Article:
When hormones start & interactions with other dogs change

As they grow up, our little fluffy friends start to experience some important hormonal changes — just like us!

Got a little teenage hooligan on your hands? Hormonal surges can have some very noticeable effects on our canine companions’ behaviour, so here’s what to look out for after a few months.

Your puppy’s hormones — what to expect

Depending on breed, around the four month mark, male puppies start to produce ever-increasing amounts of testosterone. These will peak around 10 months, and then settle at a lower, adult level.

These increased hormones lead to more energy and playfulness, as well as more exaggerated responses to almost everything they encounter. Puppies usually become more bold and adventurous, increasingly interested in their surroundings.

In female dogs, the increasing levels of oestrogen can cause them to appear irritable or annoyed. In some young female pups, this can cause them to start resource guarding — anger or aggression to warn us away from their ‘treasure’.

The hormones flooding our pups’ bodies can cause them to display aggression towards other dogs. Disobedience and destructiveness can be common behavioural challenges seen during this period.

These hormonal surges can cause our puppies to become much more distracted, reactive and guarding.

Challenges for owners & what you can do

According to research, dogs are most likely to be relinquished to animal shelters during their adolescent years — which shows you how challenging this period can be for owners.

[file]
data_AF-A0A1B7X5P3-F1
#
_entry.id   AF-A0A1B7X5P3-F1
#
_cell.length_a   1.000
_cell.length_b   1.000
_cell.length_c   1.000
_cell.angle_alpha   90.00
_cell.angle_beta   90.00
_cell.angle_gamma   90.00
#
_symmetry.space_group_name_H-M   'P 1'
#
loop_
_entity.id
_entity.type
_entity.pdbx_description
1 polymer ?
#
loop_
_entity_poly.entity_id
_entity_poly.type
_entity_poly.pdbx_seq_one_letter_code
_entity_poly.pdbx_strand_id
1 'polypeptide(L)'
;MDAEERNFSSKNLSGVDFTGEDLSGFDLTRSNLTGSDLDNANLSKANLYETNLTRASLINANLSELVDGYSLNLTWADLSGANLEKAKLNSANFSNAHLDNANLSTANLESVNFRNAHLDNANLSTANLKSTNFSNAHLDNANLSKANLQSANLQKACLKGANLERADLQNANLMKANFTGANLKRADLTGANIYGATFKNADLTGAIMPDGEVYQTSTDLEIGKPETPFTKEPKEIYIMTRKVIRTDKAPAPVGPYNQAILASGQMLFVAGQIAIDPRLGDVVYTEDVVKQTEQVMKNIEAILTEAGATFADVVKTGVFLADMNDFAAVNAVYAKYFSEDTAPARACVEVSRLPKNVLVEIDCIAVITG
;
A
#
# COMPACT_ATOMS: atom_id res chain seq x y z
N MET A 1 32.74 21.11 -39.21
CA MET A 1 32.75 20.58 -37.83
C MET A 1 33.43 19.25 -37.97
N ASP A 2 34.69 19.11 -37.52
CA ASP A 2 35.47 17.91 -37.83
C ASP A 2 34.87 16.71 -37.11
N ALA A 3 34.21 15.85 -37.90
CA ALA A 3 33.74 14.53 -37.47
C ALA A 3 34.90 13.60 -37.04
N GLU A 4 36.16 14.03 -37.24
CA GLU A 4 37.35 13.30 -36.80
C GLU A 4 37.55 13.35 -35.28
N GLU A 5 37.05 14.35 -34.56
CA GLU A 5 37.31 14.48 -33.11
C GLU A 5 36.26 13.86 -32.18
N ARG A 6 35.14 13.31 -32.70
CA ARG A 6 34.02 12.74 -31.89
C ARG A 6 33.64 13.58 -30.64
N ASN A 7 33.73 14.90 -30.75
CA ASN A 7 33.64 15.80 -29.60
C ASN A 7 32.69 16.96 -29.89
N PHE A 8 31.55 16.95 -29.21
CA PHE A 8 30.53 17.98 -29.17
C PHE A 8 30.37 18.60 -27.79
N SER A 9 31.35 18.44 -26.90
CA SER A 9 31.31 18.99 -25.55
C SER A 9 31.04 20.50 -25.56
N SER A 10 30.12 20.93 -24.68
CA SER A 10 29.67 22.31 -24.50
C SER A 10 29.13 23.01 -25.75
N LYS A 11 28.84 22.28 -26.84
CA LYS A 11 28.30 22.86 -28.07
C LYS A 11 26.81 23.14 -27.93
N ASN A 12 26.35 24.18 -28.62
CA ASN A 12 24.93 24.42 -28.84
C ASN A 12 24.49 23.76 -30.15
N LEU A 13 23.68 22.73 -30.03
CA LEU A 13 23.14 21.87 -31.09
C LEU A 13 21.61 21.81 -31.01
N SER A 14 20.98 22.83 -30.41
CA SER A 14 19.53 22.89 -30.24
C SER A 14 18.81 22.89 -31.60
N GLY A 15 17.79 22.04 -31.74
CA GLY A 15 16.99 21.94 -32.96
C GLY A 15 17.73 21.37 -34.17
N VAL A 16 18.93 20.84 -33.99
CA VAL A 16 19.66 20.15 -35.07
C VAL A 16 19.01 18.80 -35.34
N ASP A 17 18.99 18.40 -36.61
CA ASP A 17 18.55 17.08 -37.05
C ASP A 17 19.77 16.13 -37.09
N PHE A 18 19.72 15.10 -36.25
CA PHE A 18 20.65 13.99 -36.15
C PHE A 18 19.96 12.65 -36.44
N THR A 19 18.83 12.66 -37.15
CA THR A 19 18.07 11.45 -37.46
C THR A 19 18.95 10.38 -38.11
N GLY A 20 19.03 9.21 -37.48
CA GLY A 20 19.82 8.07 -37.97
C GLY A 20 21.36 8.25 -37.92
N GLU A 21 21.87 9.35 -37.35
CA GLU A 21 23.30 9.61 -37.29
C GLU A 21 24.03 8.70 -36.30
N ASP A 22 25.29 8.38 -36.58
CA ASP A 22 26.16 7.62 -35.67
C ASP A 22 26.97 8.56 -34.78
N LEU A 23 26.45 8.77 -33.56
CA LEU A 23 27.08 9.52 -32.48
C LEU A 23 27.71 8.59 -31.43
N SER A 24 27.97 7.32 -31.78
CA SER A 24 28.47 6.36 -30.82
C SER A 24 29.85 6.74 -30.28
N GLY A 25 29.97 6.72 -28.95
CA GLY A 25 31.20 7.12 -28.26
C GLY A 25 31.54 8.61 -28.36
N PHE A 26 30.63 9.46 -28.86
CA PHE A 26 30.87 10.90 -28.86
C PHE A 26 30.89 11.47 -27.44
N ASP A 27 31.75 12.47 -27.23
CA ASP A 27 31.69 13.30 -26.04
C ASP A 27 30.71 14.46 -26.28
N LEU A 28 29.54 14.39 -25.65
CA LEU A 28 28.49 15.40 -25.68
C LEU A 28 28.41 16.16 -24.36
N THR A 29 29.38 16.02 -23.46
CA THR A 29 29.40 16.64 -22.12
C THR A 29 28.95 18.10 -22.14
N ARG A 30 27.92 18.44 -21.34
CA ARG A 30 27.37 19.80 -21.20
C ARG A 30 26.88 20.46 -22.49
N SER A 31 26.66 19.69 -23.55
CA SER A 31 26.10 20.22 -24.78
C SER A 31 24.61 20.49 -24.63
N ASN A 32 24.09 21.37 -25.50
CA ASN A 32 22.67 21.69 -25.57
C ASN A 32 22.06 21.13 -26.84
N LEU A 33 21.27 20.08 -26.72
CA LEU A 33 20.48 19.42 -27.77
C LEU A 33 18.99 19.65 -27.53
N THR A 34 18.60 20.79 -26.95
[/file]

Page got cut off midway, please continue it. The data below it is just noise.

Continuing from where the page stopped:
• Plenty of exercise — more now than ever, your furry pal is a big ball of energy. Giving them the opportunity to run all of this off will help them to act a bit more calmly during the day.
  • Show them a good example — no, this doesn’t mean the owners’ behaviour, but instead that of other well-behaved adult dogs! Our petit pooches learn very quickly from one another — so exposure to a calm, confident older dog can demonstrate to them the ‘right’ way to act. Being around other overly-energetic teenage puppies can cause them to bounce off each other — and not in a good way.
  • Keep on training — even though their responses may become a bit sloppier and they may be prone to distraction at times, keep persisting with your training regime to focus your pup.
  • Reward their calmness — time to crack out the doggy treats! Creating positive associations with polite, ‘good boy’ behaviour is always a good idea for helping to curb that outlandish adolescent behaviour.
  • Don’t stop socialising — the hormonal years for a dog can be strange. They may sometimes appear afraid of things they handled with ease only a few weeks ago. Regular walkies, therefore, can help to establish confidence through safe, repeated exposure and socialisation.

Finally, rest assured that your pup’s teenage hooliganism is most certainly a phase that will eventually pass. With patience and support, your hormone-fuelled adolescent will graduate into a settled, calm adult dog.